Tuesday, April 01, 2008


Today I had my long awaited appointment with the knee injury specialist at the local hospital. I went along a little worried about the fact that my knee isn’t particularly bothering me at the moment, and that perhaps the specialist would just dismiss it as some minor, passing thing, only to have it recur weeks later.

I got the bus to Queen Mary’s and sat around in the waiting room, lorded over by the ubiquitous NHS crone*. I was impressed by the way that, with the exception of a very pretty woman (who I tactfully refrained from staring at) I was the only one in the room who wasn’t either A: over 200 pounds or B: over 200 years old.

The consultation was relatively quick, I was poked, prodded and generally jiggled about for about ten minutes, punctuated by occasional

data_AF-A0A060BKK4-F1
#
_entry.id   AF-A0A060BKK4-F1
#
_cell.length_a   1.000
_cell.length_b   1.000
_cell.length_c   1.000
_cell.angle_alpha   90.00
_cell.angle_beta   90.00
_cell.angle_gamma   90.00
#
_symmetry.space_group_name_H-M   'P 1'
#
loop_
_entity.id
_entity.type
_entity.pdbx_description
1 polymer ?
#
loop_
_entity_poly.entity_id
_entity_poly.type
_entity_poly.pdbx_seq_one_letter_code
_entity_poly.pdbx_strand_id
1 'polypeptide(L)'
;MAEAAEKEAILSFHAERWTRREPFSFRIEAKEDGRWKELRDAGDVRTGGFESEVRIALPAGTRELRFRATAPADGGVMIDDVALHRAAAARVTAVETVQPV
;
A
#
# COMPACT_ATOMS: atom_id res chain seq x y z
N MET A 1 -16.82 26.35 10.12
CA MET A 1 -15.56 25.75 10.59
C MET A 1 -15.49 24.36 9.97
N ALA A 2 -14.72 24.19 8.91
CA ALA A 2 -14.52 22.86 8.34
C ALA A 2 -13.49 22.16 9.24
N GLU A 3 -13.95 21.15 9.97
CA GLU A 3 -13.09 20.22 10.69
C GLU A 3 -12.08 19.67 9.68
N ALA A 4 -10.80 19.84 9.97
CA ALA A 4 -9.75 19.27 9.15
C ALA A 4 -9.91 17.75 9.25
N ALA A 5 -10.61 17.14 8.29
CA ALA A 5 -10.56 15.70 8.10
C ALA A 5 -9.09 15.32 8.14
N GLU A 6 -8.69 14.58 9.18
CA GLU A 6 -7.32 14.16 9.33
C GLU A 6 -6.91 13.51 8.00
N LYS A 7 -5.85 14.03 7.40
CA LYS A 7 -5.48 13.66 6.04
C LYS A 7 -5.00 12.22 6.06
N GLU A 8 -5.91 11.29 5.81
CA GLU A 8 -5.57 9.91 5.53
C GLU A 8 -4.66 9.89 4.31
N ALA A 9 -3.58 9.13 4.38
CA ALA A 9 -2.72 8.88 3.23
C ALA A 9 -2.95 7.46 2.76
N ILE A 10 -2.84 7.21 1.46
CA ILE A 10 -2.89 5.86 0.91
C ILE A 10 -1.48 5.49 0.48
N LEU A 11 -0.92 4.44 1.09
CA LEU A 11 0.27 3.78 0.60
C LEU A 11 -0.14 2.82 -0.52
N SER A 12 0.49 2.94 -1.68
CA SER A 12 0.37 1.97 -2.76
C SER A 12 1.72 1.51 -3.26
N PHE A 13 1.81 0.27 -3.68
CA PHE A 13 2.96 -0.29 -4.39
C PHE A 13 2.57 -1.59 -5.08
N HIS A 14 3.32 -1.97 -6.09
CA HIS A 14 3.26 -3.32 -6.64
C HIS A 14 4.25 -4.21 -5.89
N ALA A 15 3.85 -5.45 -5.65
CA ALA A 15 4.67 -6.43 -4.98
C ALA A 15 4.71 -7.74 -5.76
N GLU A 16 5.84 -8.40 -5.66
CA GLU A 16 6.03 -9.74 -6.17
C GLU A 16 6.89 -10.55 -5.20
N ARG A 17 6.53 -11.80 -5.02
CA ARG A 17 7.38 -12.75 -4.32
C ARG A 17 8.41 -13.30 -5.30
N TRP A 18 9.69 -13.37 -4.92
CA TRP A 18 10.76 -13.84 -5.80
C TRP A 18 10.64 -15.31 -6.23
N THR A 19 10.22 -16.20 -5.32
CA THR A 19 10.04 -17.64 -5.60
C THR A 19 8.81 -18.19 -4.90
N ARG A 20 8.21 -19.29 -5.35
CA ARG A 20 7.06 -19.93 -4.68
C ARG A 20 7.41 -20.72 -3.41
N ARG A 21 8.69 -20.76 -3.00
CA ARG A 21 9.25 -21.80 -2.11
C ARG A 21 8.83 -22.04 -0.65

‘does it hurt when I do this?’


‘does it hurt when I do this?’


And asides to the medical intern who was sitting in, like

‘note the abnormal range of movement of the joints’

‘get me some tea’

At the end of these ineffable medical manipulations he explained to me that the cause of my pain wasn’t a strained ligament like the GP had guessed, but something called Hyperlax ligaments – this means that my ligaments are all stretchy - way more than usual - which is why, amongst other things, I can bend my knees both ways. The side effect of this is that if I were to go running a lot (as I did) my ligaments can’t hold my joints in place properly. The clicking and pain in my knee was caused by damage to the cartilage and bone of the joint. Damage which is, apparently, permanent.

I’ve got to see a physiotherapist a few times over the next month or so, and I’m absolutely forbidden to do any running. Ever.


*I’m not sure whether these women are unique to the English healthcare system, or if they’re an international thing - but whenever there is a desk in a medical establishment then the person behind that desk will be in their mid to late fifties, grey haired, and seem to be permanently irritated with you